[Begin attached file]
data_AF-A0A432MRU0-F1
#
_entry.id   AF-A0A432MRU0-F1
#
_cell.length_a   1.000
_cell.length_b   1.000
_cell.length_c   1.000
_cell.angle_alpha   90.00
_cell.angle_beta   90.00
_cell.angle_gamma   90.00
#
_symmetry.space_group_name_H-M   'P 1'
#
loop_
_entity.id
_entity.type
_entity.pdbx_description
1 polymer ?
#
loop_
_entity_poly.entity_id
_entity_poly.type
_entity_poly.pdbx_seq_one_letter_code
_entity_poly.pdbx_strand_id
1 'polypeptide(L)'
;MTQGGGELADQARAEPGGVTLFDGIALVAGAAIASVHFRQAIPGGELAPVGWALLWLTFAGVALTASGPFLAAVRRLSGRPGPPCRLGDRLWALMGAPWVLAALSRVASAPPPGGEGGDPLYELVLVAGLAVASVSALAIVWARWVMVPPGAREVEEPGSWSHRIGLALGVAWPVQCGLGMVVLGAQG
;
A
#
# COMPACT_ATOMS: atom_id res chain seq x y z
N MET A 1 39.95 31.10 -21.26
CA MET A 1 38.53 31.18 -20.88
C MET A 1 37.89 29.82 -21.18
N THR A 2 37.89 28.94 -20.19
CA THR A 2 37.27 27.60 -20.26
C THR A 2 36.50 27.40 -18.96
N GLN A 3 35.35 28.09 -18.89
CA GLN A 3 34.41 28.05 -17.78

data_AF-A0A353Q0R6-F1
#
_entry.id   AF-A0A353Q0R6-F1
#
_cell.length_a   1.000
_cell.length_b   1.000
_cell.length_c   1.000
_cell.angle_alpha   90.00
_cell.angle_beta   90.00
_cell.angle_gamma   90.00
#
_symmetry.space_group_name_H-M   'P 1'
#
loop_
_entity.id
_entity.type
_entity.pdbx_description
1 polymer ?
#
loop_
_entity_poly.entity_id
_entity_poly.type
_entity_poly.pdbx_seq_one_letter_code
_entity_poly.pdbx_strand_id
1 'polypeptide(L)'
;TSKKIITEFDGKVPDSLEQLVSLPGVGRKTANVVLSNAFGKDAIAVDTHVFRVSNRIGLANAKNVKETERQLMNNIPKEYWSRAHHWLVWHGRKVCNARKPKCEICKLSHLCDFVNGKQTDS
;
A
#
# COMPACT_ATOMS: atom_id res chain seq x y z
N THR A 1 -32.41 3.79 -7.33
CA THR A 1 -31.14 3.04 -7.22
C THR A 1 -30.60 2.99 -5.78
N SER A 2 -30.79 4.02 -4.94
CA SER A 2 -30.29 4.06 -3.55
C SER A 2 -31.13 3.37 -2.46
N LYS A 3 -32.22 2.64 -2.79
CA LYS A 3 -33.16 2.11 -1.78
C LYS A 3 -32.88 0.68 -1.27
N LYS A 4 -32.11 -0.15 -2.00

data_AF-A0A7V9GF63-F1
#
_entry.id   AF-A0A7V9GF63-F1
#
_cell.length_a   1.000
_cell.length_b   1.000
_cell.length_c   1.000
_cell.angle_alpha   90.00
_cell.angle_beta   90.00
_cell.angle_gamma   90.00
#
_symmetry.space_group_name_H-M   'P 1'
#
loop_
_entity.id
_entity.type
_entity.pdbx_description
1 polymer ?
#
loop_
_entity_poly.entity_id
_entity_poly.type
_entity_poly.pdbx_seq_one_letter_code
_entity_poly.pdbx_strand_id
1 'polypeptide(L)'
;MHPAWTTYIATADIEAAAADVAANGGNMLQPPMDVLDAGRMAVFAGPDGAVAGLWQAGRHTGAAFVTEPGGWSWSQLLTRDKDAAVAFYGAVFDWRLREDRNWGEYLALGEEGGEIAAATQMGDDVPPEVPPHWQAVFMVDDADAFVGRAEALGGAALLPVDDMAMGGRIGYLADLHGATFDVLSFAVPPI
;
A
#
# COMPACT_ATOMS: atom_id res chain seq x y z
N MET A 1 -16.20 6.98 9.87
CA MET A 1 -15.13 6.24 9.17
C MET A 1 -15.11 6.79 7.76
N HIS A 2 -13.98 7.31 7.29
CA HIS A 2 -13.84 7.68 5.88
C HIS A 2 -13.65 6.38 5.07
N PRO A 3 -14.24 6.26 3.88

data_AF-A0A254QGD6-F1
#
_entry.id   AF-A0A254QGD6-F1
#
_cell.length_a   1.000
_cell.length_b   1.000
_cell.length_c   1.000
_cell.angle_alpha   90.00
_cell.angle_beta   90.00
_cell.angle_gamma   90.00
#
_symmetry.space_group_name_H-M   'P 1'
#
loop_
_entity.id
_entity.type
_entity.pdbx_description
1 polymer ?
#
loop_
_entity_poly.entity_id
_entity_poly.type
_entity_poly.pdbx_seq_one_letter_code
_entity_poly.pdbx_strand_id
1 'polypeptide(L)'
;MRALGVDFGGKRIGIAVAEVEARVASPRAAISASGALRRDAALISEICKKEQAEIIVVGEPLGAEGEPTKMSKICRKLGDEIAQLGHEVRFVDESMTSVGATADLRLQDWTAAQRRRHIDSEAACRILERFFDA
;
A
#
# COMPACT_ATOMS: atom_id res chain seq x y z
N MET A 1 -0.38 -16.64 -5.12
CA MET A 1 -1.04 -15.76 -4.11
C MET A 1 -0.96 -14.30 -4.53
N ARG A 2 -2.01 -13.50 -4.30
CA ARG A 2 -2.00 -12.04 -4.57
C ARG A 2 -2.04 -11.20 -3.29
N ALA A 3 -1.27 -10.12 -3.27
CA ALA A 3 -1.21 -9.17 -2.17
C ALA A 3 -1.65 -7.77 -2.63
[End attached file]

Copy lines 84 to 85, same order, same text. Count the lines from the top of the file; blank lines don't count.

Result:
_cell.length_b   1.000
_cell.length_c   1.000